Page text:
ByJack Giroux, writer at Creators.co
Jack Giroux

This has been an especially strong year for science-fiction. So far we've gotten a handful of good to even great sci-fi stories, either told on a grand or small scale. It's been an all-around good year in general. Already there have been enough quality films to write a respectable Top 10 list for 2014. Of course, those kind of lists are going to become even tougher to write once the fall movie season begins.

This fall we'll, sadly, see less science-fiction movies. We have [Interstellar](movie:813746), of course, but not too many sci-fi stories besides Christopher Nolan's space adventure, unless you count [The Hunger Games: Mockingjay - Part 1](movie:446261). Thankfully, we've had enough sci-fi to fill our appetite until 2015.

Here are the best science-fiction films of the year (so far, anyway):

Edge of Tomorrow (Available on blu-ray October 7th)

By all rights [Edge of Tomorrow](movie:267902) should've been a monstrous hit at the box-office. It's the most effortlessly cool, funny, subversive, playful action movie of the year. Was it the title that didn't draw more people in? Tom Cruise has had hit movies the past few years, so his involvement certainly doesn't turn that many people off. Whatever the case, director Doug Liman's movie is a blast. It's got Cruise playing a different kind of role (as a guy who initially wants to run from a fight) and Emily Blunt seriously kicking ass, both of whom bringing enough dramatic weight to the project.

Edge of Tomorrow is a movie that people will look back on and think, "That wasn't a hit?" There's no chance this movie won't stand the test of time.

Lucy (Now in theaters)

Luc Besson's superhero movie is a delightful surprise. The modestly budgeted action movie has killed at the box-office and earned mostly favorable reviews, while also dividing audiences. A polarizing film in the summertime is a rarity, which is a sign [Lucy](movie:935973) is more than a middle-of-the-road tentpole movie. Besson made a pretty wacky popcorn flick with its tongue firmly planted in its cheek. The last 15 minutes drew audible confusion from my audience, making me love it all the more. Lucy is a refreshingly straightforward, get from point A to point B narrative. It's not the smartest piece of science-fiction, but it sure is a ton of fun.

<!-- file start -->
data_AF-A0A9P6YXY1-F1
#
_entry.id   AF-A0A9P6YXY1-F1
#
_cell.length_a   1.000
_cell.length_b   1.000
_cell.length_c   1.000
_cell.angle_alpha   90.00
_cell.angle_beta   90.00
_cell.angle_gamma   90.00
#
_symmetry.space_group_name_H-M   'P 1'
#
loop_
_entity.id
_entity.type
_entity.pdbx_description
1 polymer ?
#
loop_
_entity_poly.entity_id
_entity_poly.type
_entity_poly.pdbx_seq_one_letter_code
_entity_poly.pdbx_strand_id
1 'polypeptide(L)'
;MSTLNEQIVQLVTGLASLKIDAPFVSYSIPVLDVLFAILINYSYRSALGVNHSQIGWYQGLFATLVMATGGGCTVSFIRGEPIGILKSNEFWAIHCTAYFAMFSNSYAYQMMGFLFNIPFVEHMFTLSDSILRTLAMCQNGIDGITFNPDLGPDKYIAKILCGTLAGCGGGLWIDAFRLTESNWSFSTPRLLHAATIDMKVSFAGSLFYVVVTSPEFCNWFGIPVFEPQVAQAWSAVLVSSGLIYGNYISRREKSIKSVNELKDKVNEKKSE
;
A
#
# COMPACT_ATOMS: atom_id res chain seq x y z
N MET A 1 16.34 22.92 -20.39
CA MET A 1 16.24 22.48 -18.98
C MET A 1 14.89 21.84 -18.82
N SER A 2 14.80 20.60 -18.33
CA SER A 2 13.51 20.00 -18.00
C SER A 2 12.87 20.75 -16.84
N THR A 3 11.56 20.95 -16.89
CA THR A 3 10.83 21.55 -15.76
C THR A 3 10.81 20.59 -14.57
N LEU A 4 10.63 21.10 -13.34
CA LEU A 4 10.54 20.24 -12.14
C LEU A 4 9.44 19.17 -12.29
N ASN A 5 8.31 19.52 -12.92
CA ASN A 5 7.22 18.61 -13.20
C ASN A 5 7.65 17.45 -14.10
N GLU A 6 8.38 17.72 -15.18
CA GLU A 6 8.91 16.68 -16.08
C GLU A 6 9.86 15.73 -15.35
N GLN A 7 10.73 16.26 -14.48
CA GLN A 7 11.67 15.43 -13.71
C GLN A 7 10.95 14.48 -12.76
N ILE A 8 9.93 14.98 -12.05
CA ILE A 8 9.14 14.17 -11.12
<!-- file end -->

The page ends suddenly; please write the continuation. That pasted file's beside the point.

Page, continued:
Guardians of the Galaxy (Now in theaters)

This is science-fiction in the way Star Wars is: you just go with it. It's relatively easy to jump into this world because of how lovable its characters are, all the wonderful sets, and, of course, its great sense of humor. The world of [Guardians of the Galaxy](movie:424073) is a place you want to see more of when the credits roll. Thankfully Marvel's latest is a hit, because we'll be seeing these characters again in less than three years. Writer-director James Gunn is returning for the sequel, so hopefully the next time we pay a visit to these characters, they're just as lovable and troubled.

The Zero Theorem (Available on VOD August 19th)

Terry Gilliam fans will be pleased with [The Zero Theorem](movie:567555). It's his most focused film in years, harkening back to the themes and ideas explored in his earlier work. This and Brazil are brother-sister films. They feature loners overwhelmed in a world where technology has taken over. Except, unlike, say, Terminator, people have gladly let tech consume their lives.

This is a paradoxical movie about love, reality, existence, God, and more. The Zero Theorem asks a lot of questions, but it also tells a quietly moving tale about a character, Qohen Leth (Christoph Waltz), hoping there's more to his life and the universe than his ghastly surroundings. There has to be meaning to all these relationships we have and technobabble, right? Qohen tries to answer that question in Gilliam's funny tragedy.

Coherence (Now available on VOD)

An inventive slice of suburbia science-fiction. Coherence is about one of the most unforgettable dinner parties ever. What happens during this party is best kept secret until one experiences director James Ward Byrkit's debut feature film. It's a clever movie that shows the dangers of throwing a dinner party: some uninvited guests may show up, someone may say the wrong thing, etc.. There's also the slight chance of a freak occurrence, which is what a compelling ensemble grapples with in Coherence.

The Congress (Now available on VOD)

A trippy, gorgeous, and moving science-fiction story all about the importance of choice. Robin Wright stars as a version of herself, a mother and actor about to sell over her image to the studios. What she sells is much more than that, though. What the world does with her image is haunting, comical, and animated. The animated world in [The Congress](movie:864937) is a nightmarish landscape, driven by an obsession over celebrity, the desire to be someone or something else, and a dangerous choice. The Congress is a beautiful movie that should be seen on the biggest screen possible.

Under the Skin (Now available on Blu-Ray)

Jonathan Glazer doesn't make enough movies. In the span of 14 years the busy commercial/music video maker has only made three pictures. Thankfully, each film -- Sexy Beast, Birth, and Under the Skin -- is different, original, and wonderful. Under the Skin is an assault on the senses. It's a visual marvel, for sure, but it's packed with haunting sounds and images. This story of an alien (Scarlett Johansson) is a horrific and oddly moving story that isn't for everyone. It's a body horror movie, a coming-of-age story, and a frightening alien invasion film.

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